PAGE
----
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A constitutive law for dense granular flows

Naturevolume 441pages727730 (2006) | Download Citation

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Abstract

A continuum description of granular flows would be of considerable help in predicting natural geophysical hazards or in designing industrial processes. However, the constitutive equations for dry granular flows, which govern how the material moves under shear, are still a matter of debate1,2,3,4,5,6,7,8,9,10. One difficulty is that grains can behave11 like a solid (in a sand pile), a liquid (when poured from a silo) or a gas (when strongly agitated). For the two extreme regimes, constitutive equations have been proposed based on kinetic theory for collisional rapid flows12, and soil mechanics for slow plastic flows13. However, the intermediate dense regime, where the granular material flows like a liquid, still lacks a unified view and has motivated many studies over the past decade14. The main characteristics of granular liquids are: a yield criterion (a critical shear stress below which flow is not possible) and a complex dependence on shear rate when flowing. In this sense, granular matter shares similarities with classical visco-plastic fluids such as Bingham fluids. Here we propose a new constitutive relation for dense granular flows, inspired by this analogy and recent numerical15,16 and experimental work17,18,19. We then test our three-dimensional (3D) model through experiments on granular flows on a pile between rough sidewalls, in which a complex 3D flow pattern develops. We show that, without any fitting parameter, the model gives quantitative predictions for the flow shape and velocity profiles. Our results support the idea that a simple visco-plastic approach can quantitatively capture granular flow properties, and could serve as a basic tool for modelling more complex flows in geophysical or industrial applications.

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Acknowledgements

This work was supported by grants from CEFIPRA and from the French ANR (PIGE project). Author Contributions P.J. performed all experimental work and numerical simulations; P.J., Y.F. and O.P analysed results and co-wrote the paper.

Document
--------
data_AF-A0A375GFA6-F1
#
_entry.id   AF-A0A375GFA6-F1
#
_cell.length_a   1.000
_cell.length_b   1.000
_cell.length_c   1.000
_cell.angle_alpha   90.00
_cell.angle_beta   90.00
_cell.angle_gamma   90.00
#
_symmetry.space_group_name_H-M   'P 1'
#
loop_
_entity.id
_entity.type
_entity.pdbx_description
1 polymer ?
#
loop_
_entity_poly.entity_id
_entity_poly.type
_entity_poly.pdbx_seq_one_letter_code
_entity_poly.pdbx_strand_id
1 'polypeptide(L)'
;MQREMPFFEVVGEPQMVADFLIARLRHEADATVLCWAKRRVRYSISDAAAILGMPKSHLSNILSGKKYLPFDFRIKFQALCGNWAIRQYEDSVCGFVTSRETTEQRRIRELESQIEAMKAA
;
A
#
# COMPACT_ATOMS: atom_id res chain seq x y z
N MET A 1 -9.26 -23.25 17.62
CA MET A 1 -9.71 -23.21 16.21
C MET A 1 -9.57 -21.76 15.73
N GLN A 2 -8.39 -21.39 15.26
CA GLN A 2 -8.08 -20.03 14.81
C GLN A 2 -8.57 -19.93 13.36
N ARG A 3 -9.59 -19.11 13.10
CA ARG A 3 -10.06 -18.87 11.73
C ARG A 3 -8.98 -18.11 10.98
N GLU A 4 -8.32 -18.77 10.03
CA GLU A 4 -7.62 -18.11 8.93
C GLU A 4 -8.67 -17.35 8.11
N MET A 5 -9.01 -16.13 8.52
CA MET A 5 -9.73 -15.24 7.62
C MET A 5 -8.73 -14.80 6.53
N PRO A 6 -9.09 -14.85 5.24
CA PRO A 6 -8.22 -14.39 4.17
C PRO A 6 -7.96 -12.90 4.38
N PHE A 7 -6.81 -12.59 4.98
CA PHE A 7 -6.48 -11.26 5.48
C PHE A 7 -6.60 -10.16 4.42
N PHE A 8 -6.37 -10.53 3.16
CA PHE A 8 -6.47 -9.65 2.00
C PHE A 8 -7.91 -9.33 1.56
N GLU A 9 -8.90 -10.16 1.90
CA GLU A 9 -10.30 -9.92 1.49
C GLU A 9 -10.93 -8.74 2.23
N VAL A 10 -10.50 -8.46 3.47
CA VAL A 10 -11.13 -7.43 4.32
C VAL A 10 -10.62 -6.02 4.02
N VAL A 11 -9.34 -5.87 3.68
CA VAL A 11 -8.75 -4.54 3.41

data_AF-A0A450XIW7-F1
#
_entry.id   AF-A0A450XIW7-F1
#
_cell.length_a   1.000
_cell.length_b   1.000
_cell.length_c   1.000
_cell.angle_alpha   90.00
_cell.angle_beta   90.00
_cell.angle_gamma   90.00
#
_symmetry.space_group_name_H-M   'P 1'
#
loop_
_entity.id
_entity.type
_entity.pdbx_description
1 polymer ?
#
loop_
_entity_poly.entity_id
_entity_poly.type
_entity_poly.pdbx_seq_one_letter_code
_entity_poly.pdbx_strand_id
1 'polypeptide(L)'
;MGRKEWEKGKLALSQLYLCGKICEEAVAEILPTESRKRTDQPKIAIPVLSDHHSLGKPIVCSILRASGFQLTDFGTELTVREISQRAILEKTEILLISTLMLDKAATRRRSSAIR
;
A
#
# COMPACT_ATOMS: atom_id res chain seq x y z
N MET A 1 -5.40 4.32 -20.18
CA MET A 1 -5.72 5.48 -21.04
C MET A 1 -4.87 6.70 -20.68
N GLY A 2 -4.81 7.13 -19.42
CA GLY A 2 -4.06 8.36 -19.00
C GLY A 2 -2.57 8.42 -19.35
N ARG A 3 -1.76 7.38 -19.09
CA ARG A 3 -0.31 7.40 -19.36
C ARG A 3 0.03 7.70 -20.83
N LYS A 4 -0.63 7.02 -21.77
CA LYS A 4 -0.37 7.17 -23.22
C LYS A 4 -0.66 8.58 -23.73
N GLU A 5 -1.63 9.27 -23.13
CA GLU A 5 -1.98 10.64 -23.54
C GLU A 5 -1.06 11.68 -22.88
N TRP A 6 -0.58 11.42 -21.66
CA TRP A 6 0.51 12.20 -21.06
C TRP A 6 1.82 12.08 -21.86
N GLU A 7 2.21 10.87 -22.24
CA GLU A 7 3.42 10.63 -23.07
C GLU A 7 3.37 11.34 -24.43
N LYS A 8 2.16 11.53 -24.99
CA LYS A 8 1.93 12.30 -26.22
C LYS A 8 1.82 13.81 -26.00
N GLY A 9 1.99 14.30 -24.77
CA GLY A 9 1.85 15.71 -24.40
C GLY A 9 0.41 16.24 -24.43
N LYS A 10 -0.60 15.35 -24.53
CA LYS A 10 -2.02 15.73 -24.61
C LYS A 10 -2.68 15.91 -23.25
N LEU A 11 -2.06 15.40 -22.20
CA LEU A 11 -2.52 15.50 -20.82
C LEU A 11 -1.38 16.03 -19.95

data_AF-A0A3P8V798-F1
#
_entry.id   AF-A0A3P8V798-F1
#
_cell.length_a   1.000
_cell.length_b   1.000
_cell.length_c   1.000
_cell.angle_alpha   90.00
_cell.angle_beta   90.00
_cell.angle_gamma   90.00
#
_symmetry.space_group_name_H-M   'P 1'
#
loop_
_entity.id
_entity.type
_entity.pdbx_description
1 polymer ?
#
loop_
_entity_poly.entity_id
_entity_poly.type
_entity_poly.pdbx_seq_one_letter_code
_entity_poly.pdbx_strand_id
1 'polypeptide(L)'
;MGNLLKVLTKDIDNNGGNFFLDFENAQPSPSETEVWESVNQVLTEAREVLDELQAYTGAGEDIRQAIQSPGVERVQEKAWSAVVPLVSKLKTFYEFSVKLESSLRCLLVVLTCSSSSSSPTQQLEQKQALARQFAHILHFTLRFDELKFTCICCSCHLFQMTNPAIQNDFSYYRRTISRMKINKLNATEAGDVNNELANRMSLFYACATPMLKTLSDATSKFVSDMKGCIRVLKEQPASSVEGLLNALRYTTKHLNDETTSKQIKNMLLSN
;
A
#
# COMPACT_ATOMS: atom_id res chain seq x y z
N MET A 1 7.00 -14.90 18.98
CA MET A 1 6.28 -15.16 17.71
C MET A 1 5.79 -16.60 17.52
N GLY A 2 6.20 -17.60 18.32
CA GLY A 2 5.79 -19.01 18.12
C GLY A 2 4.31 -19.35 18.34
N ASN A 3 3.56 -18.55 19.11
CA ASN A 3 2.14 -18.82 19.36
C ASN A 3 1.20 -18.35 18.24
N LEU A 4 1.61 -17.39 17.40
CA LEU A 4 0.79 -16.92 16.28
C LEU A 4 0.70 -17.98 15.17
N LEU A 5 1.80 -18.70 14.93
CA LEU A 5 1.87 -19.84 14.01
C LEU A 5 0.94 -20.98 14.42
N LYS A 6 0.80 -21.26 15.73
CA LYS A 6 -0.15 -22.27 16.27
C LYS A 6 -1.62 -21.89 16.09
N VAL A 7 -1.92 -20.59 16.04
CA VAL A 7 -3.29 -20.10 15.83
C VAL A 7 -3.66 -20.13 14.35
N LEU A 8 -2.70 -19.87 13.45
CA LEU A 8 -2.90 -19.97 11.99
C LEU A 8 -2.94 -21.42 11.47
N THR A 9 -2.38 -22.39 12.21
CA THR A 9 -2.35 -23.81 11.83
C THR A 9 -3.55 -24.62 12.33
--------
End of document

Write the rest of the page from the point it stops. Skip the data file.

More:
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  1. IUSTI, CNRS UMR 6595, Université de Provence, Marseille, 5 rue Enrico Fermi, 13453 cedex 13, France

    • Pierre Jop
    • , Yoël Forterre
    •  & Olivier Pouliquen

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Competing interests

Reprints and permissions information is available at npg.nature.com/reprintsandpermissions. The authors declare no competing financial interests.

Corresponding author

Correspondence to Pierre Jop.

Supplementary information

  1. Supplementary Notes

    This section includes the derivation of the scaling laws from the 3D rheology, and a Supplementary Discussion about the transition to a collisional regime observed for high inclination (see also supplementary movies). (PDF 385 kb)

  2. Supplementary Video 1

    Side-view video of the flowing layer taken at 2500 frames s-1 and played back at 10 frames s-1. The inclination of the free surface is 32 degrees, below the critical angle θ2. (MOV 1294 kb)

  3. Supplementary Video 2

    Side-view video of the flowing layer taken at 2500 frames s-1 and played back at 10 frames s-1. The inclination of the free surface is 34 degrees, above the critical angle θ2. (MOV 1271 kb)

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https://doi.org/10.1038/nature04801

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